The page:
West Metro

West Metro asks for 3 mill levy

First request in 8 years


The West Metro Fire Protection District will ask voters to approve a property-tax increase of 3 mills for the first time in eight years.

The issue will be on ballots in a special-district mail-in ballot on May 6, which will be available to all registered voters and property owners within the fire district eligible to vote in the state.

“We’re asking voters for this so we can maintain the high level of service we offer,” Fire Chief Don Lombardi said. “We have made significant cuts since 2009, reducing expenditures by 13.8 percent.”

According to information provided by the district, if approved, “the measure would raise taxes around $2 per month for every $100,000 of actual property value and generate approximately $8.6 million annually for the fire department — restoring property tax funding to levels before Jefferson and Douglas Counties’ assessed values fell and allowing the District to chart a financially secure course for future services to the constituents.”

Lombardi said that a driving force behind the measure is the fact that property taxes, which is the district’s main source of income, has been declining and not rebounding the way the district hoped. Since 2009, property tax has declined by 4.81 percent, and the district responded by creating new plans for keeping costs down.

“Firefighters have taken a 3 percent pay cut, and all civilian support staff salaries have been frozen for the past four years,” he said. “We planned to see some rebound in the property values, and we just haven’t seen it.”

To keep offer the service residents have come to expect, the district has dipped into its general funds reserve to the tune of $4.5 million since 2008. According to information from the district, the mill levy “would allow the District to establish the general fund balance to previous levels to restore financial sustainability within the general fund. Additionally, a 3 mill increase will allow the District to reestablish appropriate funding to budgets, establish a current pay schedule for both firefighters and civilian support staff, begin to fund selected long-term capital needs, and establish resiliency for long-term future economic change.”

Lombardi said the district has proved it is a good steward of the public’s funds, citing its April 2013 refinancing of $22,970,000 of District General Obligation debt, as well as bringing the interest cost down from 5.17 percent to 2.33 percent. The lower rates means taxpayers will pay significantly less on the debt.

Firefighters are also trained as paramedics, which means the district doesn’t have to spend money by calling two separate units to an emergency.

“The national accreditation we’ve received as a district shows that we are providing top service to residents,” Lombardi said. “We understand that the economy is tough for everyone, but the mill will helps us get back to where we need. If we didn’t need this, we wouldn’t ask for it.”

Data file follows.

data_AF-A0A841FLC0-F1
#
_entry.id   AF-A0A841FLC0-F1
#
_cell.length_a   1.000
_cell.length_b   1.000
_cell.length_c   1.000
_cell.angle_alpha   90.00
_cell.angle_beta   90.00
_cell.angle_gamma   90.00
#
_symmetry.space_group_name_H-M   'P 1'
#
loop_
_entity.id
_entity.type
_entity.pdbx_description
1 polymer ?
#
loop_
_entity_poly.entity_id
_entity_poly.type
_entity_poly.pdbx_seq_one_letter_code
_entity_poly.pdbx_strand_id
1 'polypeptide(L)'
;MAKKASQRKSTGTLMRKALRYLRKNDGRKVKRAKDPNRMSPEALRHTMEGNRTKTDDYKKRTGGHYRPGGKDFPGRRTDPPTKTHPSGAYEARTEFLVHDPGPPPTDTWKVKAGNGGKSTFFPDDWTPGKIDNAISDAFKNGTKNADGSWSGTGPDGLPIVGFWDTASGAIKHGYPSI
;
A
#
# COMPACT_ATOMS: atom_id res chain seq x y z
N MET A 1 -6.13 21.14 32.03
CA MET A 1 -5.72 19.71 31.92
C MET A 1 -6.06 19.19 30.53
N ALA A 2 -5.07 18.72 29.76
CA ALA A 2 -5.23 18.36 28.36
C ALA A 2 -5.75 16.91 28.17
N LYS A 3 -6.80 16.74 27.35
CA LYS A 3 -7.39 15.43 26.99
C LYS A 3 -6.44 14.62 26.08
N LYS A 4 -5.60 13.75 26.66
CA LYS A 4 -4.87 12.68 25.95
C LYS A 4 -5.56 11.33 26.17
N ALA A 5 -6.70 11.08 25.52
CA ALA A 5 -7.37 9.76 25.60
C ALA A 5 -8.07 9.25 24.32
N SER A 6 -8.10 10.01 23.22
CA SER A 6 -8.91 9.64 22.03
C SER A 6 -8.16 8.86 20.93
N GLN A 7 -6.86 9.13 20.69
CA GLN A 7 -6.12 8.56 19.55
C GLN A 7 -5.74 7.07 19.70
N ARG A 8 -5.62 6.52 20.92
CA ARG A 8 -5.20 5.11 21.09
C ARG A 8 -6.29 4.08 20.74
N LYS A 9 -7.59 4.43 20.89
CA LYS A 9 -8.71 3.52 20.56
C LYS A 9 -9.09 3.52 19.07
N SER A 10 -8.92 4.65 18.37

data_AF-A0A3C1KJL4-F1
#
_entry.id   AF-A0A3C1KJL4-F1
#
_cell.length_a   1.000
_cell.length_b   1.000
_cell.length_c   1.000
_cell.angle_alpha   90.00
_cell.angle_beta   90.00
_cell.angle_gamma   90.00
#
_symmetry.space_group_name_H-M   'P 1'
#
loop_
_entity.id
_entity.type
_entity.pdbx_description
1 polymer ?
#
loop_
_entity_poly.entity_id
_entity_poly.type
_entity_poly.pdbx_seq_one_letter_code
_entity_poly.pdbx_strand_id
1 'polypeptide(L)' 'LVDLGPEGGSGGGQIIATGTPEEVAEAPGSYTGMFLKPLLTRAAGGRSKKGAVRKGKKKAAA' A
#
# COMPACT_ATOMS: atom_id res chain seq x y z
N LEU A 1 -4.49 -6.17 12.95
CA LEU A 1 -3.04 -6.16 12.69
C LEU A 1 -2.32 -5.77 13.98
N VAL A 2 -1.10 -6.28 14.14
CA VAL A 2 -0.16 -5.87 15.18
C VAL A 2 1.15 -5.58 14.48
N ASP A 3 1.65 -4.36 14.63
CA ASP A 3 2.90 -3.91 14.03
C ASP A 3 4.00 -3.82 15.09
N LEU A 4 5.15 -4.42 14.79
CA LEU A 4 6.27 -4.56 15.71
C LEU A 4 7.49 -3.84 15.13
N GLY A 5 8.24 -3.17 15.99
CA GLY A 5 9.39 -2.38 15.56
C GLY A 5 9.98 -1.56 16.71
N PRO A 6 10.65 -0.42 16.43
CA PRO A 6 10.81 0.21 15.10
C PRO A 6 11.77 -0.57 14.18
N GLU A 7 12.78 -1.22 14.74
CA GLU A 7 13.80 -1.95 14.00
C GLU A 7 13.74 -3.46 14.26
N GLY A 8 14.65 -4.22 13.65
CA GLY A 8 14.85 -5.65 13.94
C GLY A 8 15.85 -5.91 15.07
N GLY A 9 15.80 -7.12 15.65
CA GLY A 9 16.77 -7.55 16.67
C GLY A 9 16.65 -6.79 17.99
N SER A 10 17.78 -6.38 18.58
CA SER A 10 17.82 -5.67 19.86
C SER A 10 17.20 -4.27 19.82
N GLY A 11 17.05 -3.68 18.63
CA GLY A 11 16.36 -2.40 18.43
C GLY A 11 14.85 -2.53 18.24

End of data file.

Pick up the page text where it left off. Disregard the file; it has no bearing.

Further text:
Firefighters will be out in the community explaining the levy, and giving a balanced view on the issue in the coming months, Lombardi said.

“It’s really going to come down to services and the level our residents expect,” he said. “We need to get back to a stable base to provide services.”


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I can appreciate the job that emergency personnel do. It's hard work, rewarding work, certainly well paid, too. The district appears top-heavy, and further cuts to the administrative costs would be a nice direction. Further, as property taxes are based on trailing numbers, I'm certain without checking the calculator that 2012-13 home sales prices were extraordinary for Jeffco. That equates to the revenues they're in need of - and then some with more diligent management. It seems counterproductive really. Couldn't they have put this special election money, consulting fees, and media campaign to a more worthy cause within the department.

Lastly, here's how it's done. A link to South Metro Fire's budget, all the leadership contacts, and they even spell out some cost-saving measures.


Friday, April 11, 2014 | Report this

I agree with Jeffy44 time to tighten the belt and look for other ways to meet your budget. Tabor Amendment limits growth to 7%/yr. based on property value. With our property value on the rise once again, that means an automatic budget increase. Maybe WM should not have spent that $10,000 on new helmets just to look like NYFD!!! Maybe the crews don't need 2 sets of bunker gear. Other area departments make it on one per unit with spares when they are in for service. And besides our taxes paying for all the training, equipment, salaries, facilities why do we have to pay for ambulance service extra. What is the District doing with the income for services supplied to smaller Districts? The wording in this request allows the department to raise taxes however they choose. LADIES AND GENTLEMEN I'M SORRY BUT NO WAY.

Tuesday, April 22, 2014 | Report this